Only one of the five companies offering insurance through New Jersey’s federally operated marketplace covers all seven of the anti-smoking medications mandated by the Affordable Care Act,from the American Lung Association.
The ACA requires insurers to provide recommended preventive services through marketplace plans free to their members. Since the U.S. Preventive Services Task Force has made tobacco cessation one of these services, it should be offered at no charge.
The American Lung Association said that according to the U.S. Department of Health and Human Services, insurers should cover seven different medications for a 90-day treatment regimen for tobacco users without requiring the insurer authorize the treatment first.
Three of the insurers dispute the accuracy of the report, saying that it’s outdated or incorrect. But an American Lung Association representative said the information was current, based on a review of each company’s list of approved medications that was done in January and February.
The seven medications include a mix of prescription and over-the-counter drugs; the association said all should be available if a patient’s doctor prescribes them. The medications are the nicotine patch, nicotine gum, nicotine lozenge, nicotine nasal spray, nicotine inhaler, bupropion (sold as Zyban), and varenicline (sold as Chantix).
“Quitting smoking is so hard to do and it is not only in our best interest to prevent death and disease caused by tobacco use,” but it should also save money, said Erika Sward, association assistant vice president for national advocacy. She noted that treating tobacco-caused diseases is a significant burden on the healthcare system.
Sward added that quitting can take seven to nine attempts before it’s successful, so the association wants “every arrow in the quiver that could help.”The association’s report cited statistics showing that 22.4 percent of people who qualify for insurance subsidies smoke, compared with 12.8 percent with higher incomes. The subsidies are available for those with incomes between 100 percent and 400 percent of the federal poverty line, currently between $24,250 and $97,000 for a family of four.
While the report says that two of six New Jersey marketplace insurers offer all seven medications, the report counts two subsidiaries of AmeriHealth as separate entities.
If AmeriHealth is treated as one company, then it is theto offer all seven medications on its formulary (list of medications). But AmeriHealth did impose prior-authorization, according to the association.
The other insurers’ formularies all had gaps, according to the association report.
Health Republic Insurance of New Jersey didn’t list nicotine gum and nicotine lozenges and limited the quantity of other medications on its list of medications, according to the report.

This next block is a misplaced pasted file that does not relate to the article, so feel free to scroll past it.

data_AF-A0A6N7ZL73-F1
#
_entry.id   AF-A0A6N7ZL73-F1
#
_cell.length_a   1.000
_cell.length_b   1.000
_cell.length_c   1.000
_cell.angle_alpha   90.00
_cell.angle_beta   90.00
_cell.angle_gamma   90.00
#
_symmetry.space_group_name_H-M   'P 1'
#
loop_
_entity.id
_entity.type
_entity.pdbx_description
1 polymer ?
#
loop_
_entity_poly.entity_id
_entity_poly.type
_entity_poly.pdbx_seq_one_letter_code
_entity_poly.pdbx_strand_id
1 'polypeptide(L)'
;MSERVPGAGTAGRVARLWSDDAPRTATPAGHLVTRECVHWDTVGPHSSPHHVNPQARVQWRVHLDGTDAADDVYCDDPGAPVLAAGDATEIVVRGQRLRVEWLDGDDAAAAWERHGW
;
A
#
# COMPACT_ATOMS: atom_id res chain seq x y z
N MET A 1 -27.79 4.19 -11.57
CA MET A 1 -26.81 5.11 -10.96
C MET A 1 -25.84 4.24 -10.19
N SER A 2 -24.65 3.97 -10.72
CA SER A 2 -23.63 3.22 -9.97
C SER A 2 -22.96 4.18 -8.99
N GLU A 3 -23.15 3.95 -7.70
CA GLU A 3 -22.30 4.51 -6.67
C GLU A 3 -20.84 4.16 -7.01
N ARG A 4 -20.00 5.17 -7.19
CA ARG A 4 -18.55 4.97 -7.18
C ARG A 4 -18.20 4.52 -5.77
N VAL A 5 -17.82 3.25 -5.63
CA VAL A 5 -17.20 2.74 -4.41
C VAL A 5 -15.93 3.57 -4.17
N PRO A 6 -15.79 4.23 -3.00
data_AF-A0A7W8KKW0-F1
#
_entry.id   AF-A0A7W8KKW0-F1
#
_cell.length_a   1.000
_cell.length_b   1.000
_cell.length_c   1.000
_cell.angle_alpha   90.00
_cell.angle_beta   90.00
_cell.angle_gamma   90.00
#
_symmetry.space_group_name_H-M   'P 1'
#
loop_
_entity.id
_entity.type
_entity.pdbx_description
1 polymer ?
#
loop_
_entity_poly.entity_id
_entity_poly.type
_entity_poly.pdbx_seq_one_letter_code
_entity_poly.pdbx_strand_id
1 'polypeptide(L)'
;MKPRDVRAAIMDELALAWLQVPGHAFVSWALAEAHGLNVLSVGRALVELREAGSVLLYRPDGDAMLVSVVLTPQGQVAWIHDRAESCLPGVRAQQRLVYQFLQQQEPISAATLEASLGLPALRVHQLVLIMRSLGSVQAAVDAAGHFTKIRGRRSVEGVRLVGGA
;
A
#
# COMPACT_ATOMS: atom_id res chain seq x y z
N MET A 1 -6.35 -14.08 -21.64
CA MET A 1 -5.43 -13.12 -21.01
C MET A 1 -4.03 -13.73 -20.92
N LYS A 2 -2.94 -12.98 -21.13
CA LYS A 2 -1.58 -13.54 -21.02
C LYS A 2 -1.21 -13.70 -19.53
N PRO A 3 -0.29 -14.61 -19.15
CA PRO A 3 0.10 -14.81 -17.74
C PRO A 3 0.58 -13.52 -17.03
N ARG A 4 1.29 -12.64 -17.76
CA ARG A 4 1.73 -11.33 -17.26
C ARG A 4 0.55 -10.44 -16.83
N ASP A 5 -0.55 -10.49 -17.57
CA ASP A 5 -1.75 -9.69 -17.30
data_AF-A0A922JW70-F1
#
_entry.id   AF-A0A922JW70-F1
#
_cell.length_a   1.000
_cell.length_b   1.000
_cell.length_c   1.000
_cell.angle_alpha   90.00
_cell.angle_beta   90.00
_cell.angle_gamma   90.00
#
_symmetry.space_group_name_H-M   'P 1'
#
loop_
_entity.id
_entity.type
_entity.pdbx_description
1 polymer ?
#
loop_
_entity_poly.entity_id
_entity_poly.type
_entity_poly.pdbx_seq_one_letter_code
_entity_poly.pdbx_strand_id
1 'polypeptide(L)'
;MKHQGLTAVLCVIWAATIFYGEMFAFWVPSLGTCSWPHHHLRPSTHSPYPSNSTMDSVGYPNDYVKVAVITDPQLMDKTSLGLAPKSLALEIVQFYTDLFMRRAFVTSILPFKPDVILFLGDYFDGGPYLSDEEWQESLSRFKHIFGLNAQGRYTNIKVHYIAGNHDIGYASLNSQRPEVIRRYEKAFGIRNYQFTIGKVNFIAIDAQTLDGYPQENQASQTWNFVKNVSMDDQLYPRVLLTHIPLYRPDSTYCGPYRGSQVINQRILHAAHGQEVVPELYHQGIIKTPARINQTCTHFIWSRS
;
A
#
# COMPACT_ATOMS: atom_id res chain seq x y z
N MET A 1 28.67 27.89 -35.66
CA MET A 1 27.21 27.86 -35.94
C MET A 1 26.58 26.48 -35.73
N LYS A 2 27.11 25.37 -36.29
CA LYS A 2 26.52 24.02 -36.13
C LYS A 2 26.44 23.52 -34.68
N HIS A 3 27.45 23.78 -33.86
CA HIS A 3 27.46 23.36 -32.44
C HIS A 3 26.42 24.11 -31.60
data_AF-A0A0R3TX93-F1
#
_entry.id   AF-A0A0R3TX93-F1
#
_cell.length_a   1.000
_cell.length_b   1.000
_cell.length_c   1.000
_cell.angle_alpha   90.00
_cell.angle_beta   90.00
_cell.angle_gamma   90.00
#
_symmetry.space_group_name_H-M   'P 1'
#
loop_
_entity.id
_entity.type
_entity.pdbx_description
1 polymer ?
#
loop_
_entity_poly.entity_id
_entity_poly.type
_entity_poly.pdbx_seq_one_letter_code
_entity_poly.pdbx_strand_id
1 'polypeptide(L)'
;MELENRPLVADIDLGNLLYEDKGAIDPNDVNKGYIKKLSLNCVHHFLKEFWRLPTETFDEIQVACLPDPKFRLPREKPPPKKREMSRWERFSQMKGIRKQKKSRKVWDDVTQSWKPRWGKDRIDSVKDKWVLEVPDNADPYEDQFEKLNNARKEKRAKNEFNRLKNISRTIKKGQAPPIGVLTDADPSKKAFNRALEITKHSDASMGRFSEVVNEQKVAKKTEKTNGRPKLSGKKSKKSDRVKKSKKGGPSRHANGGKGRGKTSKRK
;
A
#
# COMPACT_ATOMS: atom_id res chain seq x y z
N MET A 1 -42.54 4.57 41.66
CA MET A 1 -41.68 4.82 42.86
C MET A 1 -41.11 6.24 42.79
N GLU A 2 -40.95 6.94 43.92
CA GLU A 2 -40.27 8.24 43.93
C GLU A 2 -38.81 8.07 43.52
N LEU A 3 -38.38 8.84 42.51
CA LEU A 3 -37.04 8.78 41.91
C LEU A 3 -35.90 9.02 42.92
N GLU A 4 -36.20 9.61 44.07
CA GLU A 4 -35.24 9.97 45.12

Health Republic medical director Dr. Edward Anselm disputed the report’s finding, saying that the company does offer smoking cessation for free. He said he’s requesting that the American Lung Association change its report. Sward said the association would make the change if Health Republic produces documentation showing that the report is incorrect.
Horizon Blue Cross Blue Shield of New Jersey also doesn’t list nicotine gum and lozenges in its formulary and imposes a quantity limit on varenicline, the report said.
Company spokesman Tom Vincz countered that Horizon officials believe the report isn’t complete or up to date. He said the company does pay for over-the-counter smoking-cessation products with a prescription at a pharmacy in Horizon’s network, and that the prescription medications are available with a small copayment for generics, and no copayment if a generic isn’t available.
Oscar Insurance of New Jersey doesn’t list nicotine gum, patches, or lozenges, according to the report. Company spokeswoman Cat Cuppernull said that the company covers all smoking-cessation medical services, including counseling and medication, in full.
UnitedHealthcare’s Oxford Health Plans is listed in the report as only covering bupropion.
New Jersey Global Advisors on Smokefree Policy (NJ GASP) Executive Director Karen Blumenfeld said insurers should be covering all of the medications at no or low cost.
Blumenfeld added that New Jersey stands out in not putting money it received as part of the 1998 tobacco settlement agreement toward helping people quit smoking. She added that the state collects almost $1 billion annually in tobacco taxes and settlement revenue, which it doesn’t spend on smoking cessation.
Tobacco taxes “could be earmarked for this while we wait to see what happens with the insurance companies,” Blumenfeld said.
She noted that there are federally funded resources available in the state to help any New Jersey resident quit. They include the NJ Quitline, 1-866-657-8677, which provides free counseling sessions over the phone with a tobacco-cessation specialist, as well as a free, two-week supply of nicotine patches. Even children under 18 are eligible, with permission from a parent or guardian.
Blumenfeld added that the cost of covering tobacco cessation “is a very small amount, considering what health insurance companies pay out” to treat lung cancer and other tobacco-related diseases.